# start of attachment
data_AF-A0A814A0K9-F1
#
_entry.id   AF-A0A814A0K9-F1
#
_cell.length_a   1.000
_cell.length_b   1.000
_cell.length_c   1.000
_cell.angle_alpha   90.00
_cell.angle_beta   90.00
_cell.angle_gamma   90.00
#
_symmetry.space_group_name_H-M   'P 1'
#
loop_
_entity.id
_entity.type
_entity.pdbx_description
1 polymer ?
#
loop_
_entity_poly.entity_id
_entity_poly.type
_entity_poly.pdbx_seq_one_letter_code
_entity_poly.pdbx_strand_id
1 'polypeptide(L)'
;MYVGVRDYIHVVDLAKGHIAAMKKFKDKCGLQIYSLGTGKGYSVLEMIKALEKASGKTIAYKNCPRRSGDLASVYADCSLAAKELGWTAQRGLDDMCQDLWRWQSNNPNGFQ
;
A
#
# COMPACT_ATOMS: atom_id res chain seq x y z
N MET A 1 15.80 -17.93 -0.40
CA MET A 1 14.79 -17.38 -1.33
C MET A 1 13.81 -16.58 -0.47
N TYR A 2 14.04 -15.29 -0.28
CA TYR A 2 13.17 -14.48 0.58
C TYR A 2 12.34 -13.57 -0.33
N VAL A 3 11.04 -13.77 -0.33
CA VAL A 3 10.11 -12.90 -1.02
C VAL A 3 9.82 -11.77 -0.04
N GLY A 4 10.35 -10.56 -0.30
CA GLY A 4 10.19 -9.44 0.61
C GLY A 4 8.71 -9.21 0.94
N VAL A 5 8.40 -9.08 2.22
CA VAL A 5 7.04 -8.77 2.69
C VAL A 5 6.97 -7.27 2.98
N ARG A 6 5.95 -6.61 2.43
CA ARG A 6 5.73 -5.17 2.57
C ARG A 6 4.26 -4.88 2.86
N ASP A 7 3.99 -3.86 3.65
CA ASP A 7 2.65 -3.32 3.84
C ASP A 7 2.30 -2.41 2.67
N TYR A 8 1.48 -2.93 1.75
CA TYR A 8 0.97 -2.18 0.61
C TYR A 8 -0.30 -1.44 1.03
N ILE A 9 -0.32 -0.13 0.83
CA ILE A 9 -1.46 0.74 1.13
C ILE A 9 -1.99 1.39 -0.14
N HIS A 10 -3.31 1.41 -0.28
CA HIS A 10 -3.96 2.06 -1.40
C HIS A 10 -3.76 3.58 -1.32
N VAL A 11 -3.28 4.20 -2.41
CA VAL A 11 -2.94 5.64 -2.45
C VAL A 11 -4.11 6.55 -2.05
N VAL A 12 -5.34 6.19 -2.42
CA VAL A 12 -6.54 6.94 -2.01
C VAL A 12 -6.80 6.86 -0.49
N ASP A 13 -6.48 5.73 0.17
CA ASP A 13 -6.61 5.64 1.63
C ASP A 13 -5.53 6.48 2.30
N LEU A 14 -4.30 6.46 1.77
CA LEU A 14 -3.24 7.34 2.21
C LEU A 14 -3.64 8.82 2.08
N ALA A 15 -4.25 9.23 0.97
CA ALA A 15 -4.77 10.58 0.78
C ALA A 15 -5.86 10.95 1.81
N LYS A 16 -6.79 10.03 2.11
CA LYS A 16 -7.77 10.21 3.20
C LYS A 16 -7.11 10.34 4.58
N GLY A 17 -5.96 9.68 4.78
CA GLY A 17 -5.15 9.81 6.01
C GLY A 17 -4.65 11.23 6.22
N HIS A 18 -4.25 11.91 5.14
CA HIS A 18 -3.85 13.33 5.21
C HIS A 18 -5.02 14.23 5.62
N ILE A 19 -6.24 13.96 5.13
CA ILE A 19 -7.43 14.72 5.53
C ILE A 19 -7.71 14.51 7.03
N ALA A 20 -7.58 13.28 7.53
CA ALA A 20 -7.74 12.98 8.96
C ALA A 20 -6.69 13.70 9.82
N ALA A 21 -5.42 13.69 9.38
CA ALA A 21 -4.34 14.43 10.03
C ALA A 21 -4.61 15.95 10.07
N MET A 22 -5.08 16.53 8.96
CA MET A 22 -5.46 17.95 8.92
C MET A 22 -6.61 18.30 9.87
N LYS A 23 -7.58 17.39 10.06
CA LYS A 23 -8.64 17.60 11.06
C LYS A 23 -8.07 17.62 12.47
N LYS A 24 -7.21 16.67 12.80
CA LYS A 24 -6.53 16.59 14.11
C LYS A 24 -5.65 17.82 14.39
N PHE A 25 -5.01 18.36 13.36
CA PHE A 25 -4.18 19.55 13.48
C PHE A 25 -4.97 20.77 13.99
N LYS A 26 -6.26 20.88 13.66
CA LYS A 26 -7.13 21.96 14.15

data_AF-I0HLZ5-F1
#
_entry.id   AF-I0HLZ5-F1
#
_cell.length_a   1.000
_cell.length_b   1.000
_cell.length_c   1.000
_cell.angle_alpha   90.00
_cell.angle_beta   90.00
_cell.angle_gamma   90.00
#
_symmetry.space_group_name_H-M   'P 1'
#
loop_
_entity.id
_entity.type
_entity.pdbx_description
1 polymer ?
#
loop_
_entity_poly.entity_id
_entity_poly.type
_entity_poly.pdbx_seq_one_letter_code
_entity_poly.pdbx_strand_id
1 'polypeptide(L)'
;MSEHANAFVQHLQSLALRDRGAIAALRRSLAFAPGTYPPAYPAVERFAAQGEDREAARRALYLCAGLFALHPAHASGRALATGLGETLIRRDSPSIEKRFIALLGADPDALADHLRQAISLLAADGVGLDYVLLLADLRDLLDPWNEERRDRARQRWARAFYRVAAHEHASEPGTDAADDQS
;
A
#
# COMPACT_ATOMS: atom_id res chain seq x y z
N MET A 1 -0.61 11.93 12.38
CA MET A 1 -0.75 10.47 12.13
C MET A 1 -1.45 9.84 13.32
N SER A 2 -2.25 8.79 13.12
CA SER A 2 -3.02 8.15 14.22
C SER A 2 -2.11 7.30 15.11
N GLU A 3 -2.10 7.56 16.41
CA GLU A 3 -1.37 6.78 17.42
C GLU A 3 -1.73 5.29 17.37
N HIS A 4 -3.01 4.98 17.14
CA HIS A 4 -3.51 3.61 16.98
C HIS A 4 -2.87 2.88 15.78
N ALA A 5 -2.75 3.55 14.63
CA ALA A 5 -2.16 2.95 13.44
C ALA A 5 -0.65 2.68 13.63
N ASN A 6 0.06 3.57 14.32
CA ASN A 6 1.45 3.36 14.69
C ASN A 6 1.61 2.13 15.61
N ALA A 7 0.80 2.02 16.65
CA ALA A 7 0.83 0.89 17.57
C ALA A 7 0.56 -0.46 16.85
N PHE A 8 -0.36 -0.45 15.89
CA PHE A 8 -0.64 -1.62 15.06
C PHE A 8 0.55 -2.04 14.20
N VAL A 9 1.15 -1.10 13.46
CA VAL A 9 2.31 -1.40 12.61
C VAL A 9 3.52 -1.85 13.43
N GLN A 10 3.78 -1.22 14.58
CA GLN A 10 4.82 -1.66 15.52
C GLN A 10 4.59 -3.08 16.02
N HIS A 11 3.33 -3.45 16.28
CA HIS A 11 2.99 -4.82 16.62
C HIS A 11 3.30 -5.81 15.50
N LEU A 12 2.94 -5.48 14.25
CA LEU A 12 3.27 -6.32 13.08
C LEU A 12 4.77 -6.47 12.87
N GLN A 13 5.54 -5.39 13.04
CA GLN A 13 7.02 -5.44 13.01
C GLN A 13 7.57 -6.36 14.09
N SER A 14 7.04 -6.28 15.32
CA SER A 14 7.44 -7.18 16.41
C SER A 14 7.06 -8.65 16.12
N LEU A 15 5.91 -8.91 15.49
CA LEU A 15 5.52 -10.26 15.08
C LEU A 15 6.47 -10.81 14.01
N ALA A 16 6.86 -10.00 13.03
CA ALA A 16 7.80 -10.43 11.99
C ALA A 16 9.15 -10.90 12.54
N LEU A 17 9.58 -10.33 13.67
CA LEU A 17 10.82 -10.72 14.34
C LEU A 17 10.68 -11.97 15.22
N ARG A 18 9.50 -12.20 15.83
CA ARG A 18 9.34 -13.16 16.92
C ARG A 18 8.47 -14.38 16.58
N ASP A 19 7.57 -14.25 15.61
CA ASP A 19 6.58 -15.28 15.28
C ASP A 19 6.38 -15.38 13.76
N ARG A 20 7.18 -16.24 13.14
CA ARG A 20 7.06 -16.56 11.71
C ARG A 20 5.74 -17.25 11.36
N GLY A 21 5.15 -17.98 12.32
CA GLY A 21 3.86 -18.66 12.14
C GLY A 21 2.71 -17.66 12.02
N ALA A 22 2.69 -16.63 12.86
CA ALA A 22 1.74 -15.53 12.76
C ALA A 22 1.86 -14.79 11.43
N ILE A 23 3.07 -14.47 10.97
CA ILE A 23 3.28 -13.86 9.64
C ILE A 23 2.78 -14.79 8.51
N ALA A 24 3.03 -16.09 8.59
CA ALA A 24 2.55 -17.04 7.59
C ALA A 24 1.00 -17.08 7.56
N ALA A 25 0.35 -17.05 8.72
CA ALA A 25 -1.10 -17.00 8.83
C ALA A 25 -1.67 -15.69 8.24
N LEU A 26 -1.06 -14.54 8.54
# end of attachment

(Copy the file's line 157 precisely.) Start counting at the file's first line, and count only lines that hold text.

CA ALA A 7 0.83 0.89 17.57